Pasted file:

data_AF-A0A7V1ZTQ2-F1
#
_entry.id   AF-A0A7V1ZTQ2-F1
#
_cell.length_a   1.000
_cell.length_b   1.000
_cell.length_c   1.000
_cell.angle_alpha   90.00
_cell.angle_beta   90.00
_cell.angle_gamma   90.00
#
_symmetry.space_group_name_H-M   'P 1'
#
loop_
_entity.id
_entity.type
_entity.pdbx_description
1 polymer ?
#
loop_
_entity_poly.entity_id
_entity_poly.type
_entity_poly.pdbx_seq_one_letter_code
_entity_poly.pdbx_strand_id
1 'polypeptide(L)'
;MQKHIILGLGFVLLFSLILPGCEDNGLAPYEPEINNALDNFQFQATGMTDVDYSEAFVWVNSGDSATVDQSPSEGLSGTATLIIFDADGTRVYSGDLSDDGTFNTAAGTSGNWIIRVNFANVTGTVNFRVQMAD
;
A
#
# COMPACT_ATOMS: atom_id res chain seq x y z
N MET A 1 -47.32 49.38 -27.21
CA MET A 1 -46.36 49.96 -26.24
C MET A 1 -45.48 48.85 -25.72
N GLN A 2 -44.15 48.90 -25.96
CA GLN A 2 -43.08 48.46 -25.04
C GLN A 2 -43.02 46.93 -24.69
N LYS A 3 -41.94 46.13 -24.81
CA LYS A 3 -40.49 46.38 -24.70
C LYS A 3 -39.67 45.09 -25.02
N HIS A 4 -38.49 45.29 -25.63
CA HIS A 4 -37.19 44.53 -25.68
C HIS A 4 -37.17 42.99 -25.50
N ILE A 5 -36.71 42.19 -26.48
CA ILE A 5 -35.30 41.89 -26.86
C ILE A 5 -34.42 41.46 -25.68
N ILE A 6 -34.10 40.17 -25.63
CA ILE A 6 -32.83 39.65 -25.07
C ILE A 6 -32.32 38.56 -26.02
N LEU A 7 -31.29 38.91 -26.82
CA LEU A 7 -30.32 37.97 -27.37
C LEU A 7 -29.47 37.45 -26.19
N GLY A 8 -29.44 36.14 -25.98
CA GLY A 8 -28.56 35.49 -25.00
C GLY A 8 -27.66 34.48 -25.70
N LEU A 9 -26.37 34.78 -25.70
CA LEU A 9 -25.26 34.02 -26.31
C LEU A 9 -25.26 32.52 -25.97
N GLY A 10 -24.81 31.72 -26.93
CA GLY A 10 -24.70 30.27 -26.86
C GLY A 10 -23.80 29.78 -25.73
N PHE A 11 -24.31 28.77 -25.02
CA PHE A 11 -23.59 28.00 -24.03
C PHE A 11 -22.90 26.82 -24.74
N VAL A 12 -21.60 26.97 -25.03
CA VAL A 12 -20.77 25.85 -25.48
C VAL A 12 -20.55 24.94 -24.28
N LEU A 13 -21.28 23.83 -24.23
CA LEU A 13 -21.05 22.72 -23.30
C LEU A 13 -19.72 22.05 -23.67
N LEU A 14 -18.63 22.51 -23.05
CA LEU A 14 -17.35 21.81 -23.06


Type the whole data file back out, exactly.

data_AF-A0A7V1ZTQ2-F1
#
_entry.id   AF-A0A7V1ZTQ2-F1
#
_cell.length_a   1.000
_cell.length_b   1.000
_cell.length_c   1.000
_cell.angle_alpha   90.00
_cell.angle_beta   90.00
_cell.angle_gamma   90.00
#
_symmetry.space_group_name_H-M   'P 1'
#
loop_
_entity.id
_entity.type
_entity.pdbx_description
1 polymer ?
#
loop_
_entity_poly.entity_id
_entity_poly.type
_entity_poly.pdbx_seq_one_letter_code
_entity_poly.pdbx_strand_id
1 'polypeptide(L)'
;MQKHIILGLGFVLLFSLILPGCEDNGLAPYEPEINNALDNFQFQATGMTDVDYSEAFVWVNSGDSATVDQSPSEGLSGTATLIIFDADGTRVYSGDLSDDGTFNTAAGTSGNWIIRVNFANVTGTVNFRVQMAD
;
A
#
# COMPACT_ATOMS: atom_id res chain seq x y z
N MET A 1 -47.32 49.38 -27.21
CA MET A 1 -46.36 49.96 -26.24
C MET A 1 -45.48 48.85 -25.72
N GLN A 2 -44.15 48.90 -25.96
CA GLN A 2 -43.08 48.46 -25.04
C GLN A 2 -43.02 46.93 -24.69
N LYS A 3 -41.94 46.13 -24.81
CA LYS A 3 -40.49 46.38 -24.70
C LYS A 3 -39.67 45.09 -25.02
N HIS A 4 -38.49 45.29 -25.63
CA HIS A 4 -37.19 44.53 -25.68
C HIS A 4 -37.17 42.99 -25.50
N ILE A 5 -36.71 42.19 -26.48
CA ILE A 5 -35.30 41.89 -26.86
C ILE A 5 -34.42 41.46 -25.68
N ILE A 6 -34.10 40.17 -25.63
CA ILE A 6 -32.83 39.65 -25.07
C ILE A 6 -32.32 38.56 -26.02
N LEU A 7 -31.29 38.91 -26.82
CA LEU A 7 -30.32 37.97 -27.37
C LEU A 7 -29.47 37.45 -26.19
N GLY A 8 -29.44 36.14 -25.98
CA GLY A 8 -28.56 35.49 -25.00
C GLY A 8 -27.66 34.48 -25.70
N LEU A 9 -26.37 34.78 -25.70
CA LEU A 9 -25.26 34.02 -26.31
C LEU A 9 -25.26 32.52 -25.97
N GLY A 10 -24.81 31.72 -26.93
CA GLY A 10 -24.70 30.27 -26.86
C GLY A 10 -23.80 29.78 -25.73
N PHE A 11 -24.31 28.77 -25.02
CA PHE A 11 -23.59 28.00 -24.03
C PHE A 11 -22.90 26.82 -24.74
N VAL A 12 -21.60 26.97 -25.03
CA VAL A 12 -20.77 25.85 -25.48
C VAL A 12 -20.55 24.94 -24.28
N LEU A 13 -21.28 23.83 -24.23
CA LEU A 13 -21.05 22.72 -23.30
C LEU A 13 -19.72 22.05 -23.67
N LEU A 14 -18.63 22.51 -23.05
CA LEU A 14 -17.35 21.81 -23.06